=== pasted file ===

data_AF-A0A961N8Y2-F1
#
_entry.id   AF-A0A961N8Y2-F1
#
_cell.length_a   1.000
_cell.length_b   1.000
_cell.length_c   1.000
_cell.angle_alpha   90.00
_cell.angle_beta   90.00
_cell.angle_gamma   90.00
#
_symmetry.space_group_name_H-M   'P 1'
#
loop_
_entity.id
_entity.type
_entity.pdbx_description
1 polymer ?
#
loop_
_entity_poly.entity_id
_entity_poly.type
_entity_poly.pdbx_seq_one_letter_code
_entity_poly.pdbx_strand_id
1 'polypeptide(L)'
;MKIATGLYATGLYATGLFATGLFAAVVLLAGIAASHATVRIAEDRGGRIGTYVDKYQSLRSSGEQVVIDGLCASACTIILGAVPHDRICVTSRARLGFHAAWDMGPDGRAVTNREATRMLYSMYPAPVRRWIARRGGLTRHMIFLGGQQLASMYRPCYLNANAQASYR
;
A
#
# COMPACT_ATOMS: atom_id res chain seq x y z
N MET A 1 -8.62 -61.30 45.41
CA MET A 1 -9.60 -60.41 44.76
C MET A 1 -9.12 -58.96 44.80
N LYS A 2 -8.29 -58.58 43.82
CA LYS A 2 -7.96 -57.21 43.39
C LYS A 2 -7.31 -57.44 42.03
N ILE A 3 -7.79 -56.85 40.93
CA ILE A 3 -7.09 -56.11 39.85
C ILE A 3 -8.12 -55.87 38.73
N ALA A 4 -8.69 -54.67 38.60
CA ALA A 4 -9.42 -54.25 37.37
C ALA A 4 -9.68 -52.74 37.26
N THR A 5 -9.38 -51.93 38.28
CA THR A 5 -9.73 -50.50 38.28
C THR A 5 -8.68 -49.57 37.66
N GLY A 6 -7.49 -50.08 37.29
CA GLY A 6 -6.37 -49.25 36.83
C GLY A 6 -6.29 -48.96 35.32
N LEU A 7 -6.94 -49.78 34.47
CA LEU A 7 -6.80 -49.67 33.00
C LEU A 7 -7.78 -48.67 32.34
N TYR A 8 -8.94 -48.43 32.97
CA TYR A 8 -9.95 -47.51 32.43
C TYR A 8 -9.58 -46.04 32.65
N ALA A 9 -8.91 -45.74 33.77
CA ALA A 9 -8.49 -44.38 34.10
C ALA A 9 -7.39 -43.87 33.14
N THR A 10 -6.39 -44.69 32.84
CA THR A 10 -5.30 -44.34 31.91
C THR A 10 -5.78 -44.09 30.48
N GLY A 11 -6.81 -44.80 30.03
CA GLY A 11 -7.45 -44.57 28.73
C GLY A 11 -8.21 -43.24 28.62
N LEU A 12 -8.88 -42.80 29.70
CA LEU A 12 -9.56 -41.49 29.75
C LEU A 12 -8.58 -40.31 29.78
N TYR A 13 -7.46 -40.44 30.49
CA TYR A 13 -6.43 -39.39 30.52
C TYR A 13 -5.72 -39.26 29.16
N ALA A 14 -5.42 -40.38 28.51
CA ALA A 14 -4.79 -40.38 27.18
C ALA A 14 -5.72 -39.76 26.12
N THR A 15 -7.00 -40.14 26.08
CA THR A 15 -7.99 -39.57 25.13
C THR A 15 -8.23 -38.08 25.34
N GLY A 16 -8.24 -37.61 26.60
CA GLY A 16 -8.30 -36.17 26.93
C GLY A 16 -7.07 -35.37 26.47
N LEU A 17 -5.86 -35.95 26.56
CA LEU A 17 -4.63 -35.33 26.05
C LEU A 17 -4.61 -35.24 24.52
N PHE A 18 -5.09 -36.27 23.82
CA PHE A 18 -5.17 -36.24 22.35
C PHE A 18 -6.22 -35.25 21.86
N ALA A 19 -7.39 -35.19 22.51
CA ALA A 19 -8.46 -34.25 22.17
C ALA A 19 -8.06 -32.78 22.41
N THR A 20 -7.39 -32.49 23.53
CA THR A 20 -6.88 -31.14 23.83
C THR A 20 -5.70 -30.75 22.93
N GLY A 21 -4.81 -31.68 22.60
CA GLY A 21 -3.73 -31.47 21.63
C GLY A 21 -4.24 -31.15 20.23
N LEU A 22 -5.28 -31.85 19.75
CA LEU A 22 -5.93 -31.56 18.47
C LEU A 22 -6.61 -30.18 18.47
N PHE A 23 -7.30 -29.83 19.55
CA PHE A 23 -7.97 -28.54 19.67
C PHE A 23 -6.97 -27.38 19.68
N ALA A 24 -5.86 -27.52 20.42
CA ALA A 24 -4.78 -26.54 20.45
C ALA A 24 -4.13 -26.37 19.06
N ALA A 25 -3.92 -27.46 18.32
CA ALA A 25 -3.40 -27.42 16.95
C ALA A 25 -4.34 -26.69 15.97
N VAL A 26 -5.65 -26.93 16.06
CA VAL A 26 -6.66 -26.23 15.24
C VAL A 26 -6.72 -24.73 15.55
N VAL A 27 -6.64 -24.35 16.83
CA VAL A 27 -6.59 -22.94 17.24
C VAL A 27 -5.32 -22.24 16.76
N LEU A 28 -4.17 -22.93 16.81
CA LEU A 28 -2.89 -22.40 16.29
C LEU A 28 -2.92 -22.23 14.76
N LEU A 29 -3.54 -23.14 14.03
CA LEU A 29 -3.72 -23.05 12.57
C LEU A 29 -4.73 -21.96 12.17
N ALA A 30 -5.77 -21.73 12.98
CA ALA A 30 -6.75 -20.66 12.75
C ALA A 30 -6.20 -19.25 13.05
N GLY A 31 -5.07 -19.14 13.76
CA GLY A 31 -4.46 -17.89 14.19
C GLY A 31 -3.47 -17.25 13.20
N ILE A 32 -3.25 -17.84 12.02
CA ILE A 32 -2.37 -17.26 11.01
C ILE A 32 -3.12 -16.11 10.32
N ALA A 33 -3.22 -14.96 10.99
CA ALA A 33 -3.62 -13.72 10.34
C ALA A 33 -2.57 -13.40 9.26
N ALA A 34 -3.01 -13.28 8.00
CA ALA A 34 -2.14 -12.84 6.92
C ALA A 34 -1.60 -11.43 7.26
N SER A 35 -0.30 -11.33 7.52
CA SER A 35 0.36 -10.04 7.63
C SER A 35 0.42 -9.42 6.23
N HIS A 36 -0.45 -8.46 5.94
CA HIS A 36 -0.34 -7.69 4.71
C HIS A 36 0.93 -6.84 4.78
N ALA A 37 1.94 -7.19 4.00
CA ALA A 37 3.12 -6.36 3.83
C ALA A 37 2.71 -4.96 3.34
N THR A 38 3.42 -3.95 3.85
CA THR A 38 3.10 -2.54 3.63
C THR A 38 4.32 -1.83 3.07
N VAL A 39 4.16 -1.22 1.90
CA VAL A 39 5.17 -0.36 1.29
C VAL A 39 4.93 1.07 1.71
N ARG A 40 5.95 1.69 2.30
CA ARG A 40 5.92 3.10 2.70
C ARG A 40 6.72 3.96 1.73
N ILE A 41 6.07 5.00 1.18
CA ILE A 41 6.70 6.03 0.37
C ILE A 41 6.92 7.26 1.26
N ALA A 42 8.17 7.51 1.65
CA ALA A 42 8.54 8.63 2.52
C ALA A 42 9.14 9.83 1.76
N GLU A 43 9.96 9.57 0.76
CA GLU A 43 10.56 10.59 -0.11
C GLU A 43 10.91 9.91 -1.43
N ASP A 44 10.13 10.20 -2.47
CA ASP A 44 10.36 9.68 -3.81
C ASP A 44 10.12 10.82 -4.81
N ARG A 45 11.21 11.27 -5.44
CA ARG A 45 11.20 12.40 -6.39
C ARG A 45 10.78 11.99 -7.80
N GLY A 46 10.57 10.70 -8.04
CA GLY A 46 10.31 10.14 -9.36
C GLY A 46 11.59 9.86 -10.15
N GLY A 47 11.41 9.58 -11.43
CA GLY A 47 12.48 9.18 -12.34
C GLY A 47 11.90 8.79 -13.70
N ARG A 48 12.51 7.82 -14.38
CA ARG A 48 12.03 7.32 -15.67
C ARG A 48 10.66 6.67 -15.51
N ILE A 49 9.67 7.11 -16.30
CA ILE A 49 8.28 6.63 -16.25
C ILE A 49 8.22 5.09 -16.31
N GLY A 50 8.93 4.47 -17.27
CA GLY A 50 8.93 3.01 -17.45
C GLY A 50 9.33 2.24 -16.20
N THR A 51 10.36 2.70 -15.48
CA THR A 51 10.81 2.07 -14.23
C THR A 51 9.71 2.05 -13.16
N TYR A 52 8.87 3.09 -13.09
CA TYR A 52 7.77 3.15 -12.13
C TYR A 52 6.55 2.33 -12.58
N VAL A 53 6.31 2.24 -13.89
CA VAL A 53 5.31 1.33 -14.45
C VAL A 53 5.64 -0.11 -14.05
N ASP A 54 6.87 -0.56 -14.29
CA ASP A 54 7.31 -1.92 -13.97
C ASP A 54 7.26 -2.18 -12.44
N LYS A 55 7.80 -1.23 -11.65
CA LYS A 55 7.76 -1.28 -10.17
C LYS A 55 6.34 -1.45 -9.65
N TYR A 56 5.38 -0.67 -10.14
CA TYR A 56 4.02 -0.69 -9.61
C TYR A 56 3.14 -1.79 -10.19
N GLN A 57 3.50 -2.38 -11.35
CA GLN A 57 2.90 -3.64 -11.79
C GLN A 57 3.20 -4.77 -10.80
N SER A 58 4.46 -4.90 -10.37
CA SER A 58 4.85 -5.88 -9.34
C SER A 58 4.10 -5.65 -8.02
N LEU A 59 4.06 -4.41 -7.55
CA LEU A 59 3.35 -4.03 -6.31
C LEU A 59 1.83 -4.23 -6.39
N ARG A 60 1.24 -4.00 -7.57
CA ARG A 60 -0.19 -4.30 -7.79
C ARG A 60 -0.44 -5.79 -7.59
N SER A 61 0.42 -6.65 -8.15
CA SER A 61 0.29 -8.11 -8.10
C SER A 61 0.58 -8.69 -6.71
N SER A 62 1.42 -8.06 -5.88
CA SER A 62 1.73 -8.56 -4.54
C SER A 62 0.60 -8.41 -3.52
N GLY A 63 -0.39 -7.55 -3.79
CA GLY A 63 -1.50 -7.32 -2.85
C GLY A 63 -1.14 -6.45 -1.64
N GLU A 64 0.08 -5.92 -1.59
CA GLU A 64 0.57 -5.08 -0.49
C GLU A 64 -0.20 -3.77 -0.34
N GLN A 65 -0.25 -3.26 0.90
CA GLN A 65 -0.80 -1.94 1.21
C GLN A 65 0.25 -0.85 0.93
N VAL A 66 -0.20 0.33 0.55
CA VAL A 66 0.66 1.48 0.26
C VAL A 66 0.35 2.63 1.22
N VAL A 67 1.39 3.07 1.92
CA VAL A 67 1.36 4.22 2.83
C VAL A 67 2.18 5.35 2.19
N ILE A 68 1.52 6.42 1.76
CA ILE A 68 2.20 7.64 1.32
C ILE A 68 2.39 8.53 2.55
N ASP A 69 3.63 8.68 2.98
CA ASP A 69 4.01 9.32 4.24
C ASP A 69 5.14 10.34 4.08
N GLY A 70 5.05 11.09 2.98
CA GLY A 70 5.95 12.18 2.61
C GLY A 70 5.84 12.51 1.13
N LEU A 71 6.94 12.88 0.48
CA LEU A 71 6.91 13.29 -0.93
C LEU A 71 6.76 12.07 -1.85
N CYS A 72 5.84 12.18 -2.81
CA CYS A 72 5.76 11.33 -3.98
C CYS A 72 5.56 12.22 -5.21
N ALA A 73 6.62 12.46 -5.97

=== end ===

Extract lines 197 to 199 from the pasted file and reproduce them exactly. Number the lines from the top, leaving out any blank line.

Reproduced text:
CA TYR A 56 4.02 -0.69 -9.61
C TYR A 56 3.14 -1.79 -10.19
N GLN A 57 3.50 -2.38 -11.35